Appropriated from: How To Tell If Your Pain is ~Manpain~ by walkingshadow (with permission). Don't know what manpain is? You should.
"I am Darkstar" vs "I am of the night" -- discuss amongst yourselves!
[LJ | DW]
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and that's a big part of your problem, isn't it? On High Kavalaan it's not man and woman. No, it's man and man and maybe woman, but even then she's not so terribly important
She lay there, alive only by a quirk of fortune. Myrik Braith would not have cared had she died, nor would the others. Yet Garse would have granted the man who did this thing a clean and decent dying, would have given him the kiss of shared honor before taking his small life. I ... I care for Garse. Yet I could not let it be, t'Larien, not when Gwen lay so ... so still, and disregarded. I could not let it be.
These stories - these were the only accounts of ancient days that I was given to work with.
Maybe I couldn't kill anyone. But, you know, I feel as if I could sometimes. And right now, Dirk, I would very much like to have a gun.
Bran had been left behind with Jon and the girls and Rickon. But Rickon was only a baby and the girls were only girls ...- Bran, AGOT
As ladies die in childbed. No one sings songs about them.- Brienne, ACOK
In doing so, they're challenging the notion of what a geek should look like, either by intentionally sexing up their tech personas, or by simply finding no disconnect between their geeky pursuits and more traditionally girly interests such as fashion, makeup and high heels. In fact, calling them "nerd" is no insult at all [...]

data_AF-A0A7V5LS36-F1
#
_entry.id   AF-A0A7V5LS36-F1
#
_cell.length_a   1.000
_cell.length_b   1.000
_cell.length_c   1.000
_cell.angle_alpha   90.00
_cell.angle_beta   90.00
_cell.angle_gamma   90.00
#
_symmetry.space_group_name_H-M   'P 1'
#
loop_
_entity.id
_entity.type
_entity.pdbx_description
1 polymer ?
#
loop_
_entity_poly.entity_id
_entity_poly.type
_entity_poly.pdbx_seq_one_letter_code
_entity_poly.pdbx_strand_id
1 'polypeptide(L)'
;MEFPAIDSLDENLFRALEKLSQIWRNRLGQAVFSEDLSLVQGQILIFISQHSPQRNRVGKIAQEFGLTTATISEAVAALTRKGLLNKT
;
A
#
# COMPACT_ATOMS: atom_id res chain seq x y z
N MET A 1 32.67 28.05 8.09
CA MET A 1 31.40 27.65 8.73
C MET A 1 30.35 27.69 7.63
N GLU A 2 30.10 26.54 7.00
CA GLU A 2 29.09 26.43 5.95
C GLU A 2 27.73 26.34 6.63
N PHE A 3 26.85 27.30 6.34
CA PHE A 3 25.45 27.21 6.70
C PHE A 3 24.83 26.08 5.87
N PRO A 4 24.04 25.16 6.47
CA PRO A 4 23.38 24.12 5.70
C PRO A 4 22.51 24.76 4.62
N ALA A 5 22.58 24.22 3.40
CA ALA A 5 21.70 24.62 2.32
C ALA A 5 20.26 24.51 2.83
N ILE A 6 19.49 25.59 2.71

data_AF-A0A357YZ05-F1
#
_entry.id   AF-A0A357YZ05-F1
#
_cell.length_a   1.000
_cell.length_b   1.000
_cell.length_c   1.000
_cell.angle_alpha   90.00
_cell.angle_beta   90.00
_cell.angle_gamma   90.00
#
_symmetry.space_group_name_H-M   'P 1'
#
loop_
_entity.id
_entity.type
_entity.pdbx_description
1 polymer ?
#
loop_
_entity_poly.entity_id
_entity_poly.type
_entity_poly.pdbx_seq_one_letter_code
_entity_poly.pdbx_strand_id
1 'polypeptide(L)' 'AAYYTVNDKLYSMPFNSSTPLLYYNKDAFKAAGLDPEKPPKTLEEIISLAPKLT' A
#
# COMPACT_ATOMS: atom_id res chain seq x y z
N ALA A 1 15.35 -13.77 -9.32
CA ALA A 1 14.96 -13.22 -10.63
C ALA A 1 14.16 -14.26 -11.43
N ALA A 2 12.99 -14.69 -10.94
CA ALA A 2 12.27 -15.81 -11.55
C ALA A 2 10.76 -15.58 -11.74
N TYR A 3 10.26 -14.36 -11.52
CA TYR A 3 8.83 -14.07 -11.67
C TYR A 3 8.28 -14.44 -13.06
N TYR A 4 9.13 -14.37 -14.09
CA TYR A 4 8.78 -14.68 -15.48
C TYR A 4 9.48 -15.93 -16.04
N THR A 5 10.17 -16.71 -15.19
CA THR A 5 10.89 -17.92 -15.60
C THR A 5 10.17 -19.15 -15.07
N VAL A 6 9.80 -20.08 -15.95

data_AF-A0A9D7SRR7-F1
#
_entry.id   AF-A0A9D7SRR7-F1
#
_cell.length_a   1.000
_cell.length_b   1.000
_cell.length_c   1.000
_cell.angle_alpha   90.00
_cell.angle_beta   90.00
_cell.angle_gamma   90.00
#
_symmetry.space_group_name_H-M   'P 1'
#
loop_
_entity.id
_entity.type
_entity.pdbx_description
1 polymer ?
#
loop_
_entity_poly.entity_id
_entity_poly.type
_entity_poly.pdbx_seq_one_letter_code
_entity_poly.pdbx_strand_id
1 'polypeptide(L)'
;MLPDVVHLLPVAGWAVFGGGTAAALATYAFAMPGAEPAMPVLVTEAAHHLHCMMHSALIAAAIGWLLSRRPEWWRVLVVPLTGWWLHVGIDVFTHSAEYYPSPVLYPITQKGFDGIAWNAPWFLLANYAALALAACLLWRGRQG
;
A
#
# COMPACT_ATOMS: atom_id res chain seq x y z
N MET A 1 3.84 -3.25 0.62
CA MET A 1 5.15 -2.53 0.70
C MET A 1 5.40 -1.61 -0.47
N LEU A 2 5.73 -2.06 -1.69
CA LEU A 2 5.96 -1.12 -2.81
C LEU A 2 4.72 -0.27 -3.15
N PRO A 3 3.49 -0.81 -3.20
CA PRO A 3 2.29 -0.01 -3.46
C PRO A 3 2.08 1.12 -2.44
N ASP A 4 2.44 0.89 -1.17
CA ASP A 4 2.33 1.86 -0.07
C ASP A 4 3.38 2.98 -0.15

These girl geeks aren't social misfits; their identities don't hinge on outsider status. They may love all things sci-tech, but first and foremost they are girls—and they've made that part of their appeal [...]
However they choose to geek out, they consciously tweak the two chief archetypes of geeks: that they're unattractive outcasts, and that they're male. "For a long time, there's been this stereotype that either you're ugly and smart or cute and not suited for careers in math, science or engineering," says Annalee Newitz, the co-editor of "She's Such a Geek!", a 2006 anthology of women writing about math, tech and science. "One of the big differences between Generation X geeks and girls in their teens now is really just an attitude—an indication that they're much more comfortable." [...]
Depictions of geeks as socially awkward math whizzes date back to caricatures in tech-school humor magazines from the 1950s, such as MIT's Voodoo. But the geeks of MIT were strictly male, as were subsequent takes on the stereotype, such as the nerdy men of 1984's "Revenge of the Nerds," and Screech on "Saved by the Bell." Today's girl geeks are members of the first generation to have been truly reared on technology. They grew up on gender-neutral movies like "Hackers" and "The Matrix," and saw the transformation of Willow on "Buffy the Vampire Slayer" from awkward geek to smart and sassy sex symbol. [...]
Yet there is still a dichotomy between the culture and the workplace. Forty years ago women made up just 3 percent of science and engineering jobs; now they make up about 20 percent. That sounds promising, until you consider that women earn 56 percent of the degrees in those fields. A recent Center for Work-Life Policy study found that 52 percent of women leave those jobs, with 63 percent saying they experienced workplace harassment and more than half believing they needed to "act like a man" in order to succeed. In the past, women dealt with that reality in two ways: some buried their femininity, while others simply gave up their techie interests to appear more feminine. [...]
Its not selling sex per se, but the idea of being sexy, being wanted. Most fashion advertising appeals to what Maslow called "self-actualization," when consuming a product or performing an activity is considered an expression of who you are as a person. One is supposed to see themselves in the models (LOL, right?!) and associate not only the product, but more importantly, the brand with outwardly expressing who they feel they truly are-desirable, sensual beings.